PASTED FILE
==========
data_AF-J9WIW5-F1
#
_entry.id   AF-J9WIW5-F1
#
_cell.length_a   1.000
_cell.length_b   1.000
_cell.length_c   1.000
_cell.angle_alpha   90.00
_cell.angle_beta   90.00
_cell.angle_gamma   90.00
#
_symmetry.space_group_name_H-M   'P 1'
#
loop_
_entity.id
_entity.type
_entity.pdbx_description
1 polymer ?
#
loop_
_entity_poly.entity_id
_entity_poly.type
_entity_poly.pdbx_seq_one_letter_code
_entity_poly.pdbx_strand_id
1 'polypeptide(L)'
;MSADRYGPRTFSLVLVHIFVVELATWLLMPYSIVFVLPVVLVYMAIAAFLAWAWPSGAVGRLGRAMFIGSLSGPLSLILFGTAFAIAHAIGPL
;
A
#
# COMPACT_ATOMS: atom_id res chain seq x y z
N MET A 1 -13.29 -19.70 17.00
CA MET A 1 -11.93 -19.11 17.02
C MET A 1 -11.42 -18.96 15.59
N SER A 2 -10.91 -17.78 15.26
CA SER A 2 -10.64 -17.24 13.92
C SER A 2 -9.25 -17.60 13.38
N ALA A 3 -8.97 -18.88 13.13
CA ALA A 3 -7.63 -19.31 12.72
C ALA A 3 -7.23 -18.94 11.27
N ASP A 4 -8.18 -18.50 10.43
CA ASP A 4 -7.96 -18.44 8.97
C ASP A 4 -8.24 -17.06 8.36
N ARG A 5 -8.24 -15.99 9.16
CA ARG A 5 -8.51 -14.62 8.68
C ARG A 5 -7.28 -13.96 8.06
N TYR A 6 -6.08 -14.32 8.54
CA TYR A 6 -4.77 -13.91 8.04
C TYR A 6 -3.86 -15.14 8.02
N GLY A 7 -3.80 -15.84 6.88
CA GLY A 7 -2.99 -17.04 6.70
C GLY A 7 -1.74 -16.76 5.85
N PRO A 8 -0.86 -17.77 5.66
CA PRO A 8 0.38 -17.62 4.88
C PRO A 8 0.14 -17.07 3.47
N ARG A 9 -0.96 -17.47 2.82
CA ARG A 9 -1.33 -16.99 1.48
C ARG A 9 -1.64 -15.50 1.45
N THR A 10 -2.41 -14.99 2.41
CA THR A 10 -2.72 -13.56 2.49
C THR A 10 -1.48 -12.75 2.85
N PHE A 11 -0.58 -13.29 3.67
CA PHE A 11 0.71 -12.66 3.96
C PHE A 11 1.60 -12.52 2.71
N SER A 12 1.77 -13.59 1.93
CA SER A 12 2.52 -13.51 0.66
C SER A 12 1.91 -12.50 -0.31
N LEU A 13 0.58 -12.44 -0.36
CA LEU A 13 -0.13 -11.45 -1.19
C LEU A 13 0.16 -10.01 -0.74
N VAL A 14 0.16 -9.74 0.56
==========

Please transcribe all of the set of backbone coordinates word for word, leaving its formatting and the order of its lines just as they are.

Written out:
data_AF-J9WIW5-F1
#
_entry.id   AF-J9WIW5-F1
#
_cell.length_a   1.000
_cell.length_b   1.000
_cell.length_c   1.000
_cell.angle_alpha   90.00
_cell.angle_beta   90.00
_cell.angle_gamma   90.00
#
_symmetry.space_group_name_H-M   'P 1'
#
loop_
_entity.id
_entity.type
_entity.pdbx_description
1 polymer ?
#
loop_
_entity_poly.entity_id
_entity_poly.type
_entity_poly.pdbx_seq_one_letter_code
_entity_poly.pdbx_strand_id
1 'polypeptide(L)'
;MSADRYGPRTFSLVLVHIFVVELATWLLMPYSIVFVLPVVLVYMAIAAFLAWAWPSGAVGRLGRAMFIGSLSGPLSLILFGTAFAIAHAIGPL
;
A
#
# COMPACT_ATOMS: atom_id res chain seq x y z
N MET A 1 -13.29 -19.70 17.00
CA MET A 1 -11.93 -19.11 17.02
C MET A 1 -11.42 -18.96 15.59
N SER A 2 -10.91 -17.78 15.26
CA SER A 2 -10.64 -17.24 13.92
C SER A 2 -9.25 -17.60 13.38
N ALA A 3 -8.97 -18.88 13.13
CA ALA A 3 -7.63 -19.31 12.72
C ALA A 3 -7.23 -18.94 11.27
N ASP A 4 -8.18 -18.50 10.43
CA ASP A 4 -7.96 -18.44 8.97
C ASP A 4 -8.24 -17.06 8.36
N ARG A 5 -8.24 -15.99 9.16
CA ARG A 5 -8.51 -14.62 8.68
C ARG A 5 -7.28 -13.96 8.06
N TYR A 6 -6.08 -14.32 8.54
CA TYR A 6 -4.77 -13.91 8.04
C TYR A 6 -3.86 -15.14 8.02
N GLY A 7 -3.80 -15.84 6.88
CA GLY A 7 -2.99 -17.04 6.70
C GLY A 7 -1.74 -16.76 5.85
N PRO A 8 -0.86 -17.77 5.66
CA PRO A 8 0.38 -17.62 4.88
C PRO A 8 0.14 -17.07 3.47
N ARG A 9 -0.96 -17.47 2.82
CA ARG A 9 -1.33 -16.99 1.48
C ARG A 9 -1.64 -15.50 1.45
N THR A 10 -2.41 -14.99 2.41
CA THR A 10 -2.72 -13.56 2.49
C THR A 10 -1.48 -12.75 2.85
N PHE A 11 -0.58 -13.29 3.67
CA PHE A 11 0.71 -12.66 3.96
C PHE A 11 1.60 -12.52 2.71
N SER A 12 1.77 -13.59 1.93
CA SER A 12 2.52 -13.51 0.66
C SER A 12 1.91 -12.50 -0.31
N LEU A 13 0.58 -12.44 -0.36
CA LEU A 13 -0.13 -11.45 -1.19
C LEU A 13 0.16 -10.01 -0.74
N VAL A 14 0.16 -9.74 0.56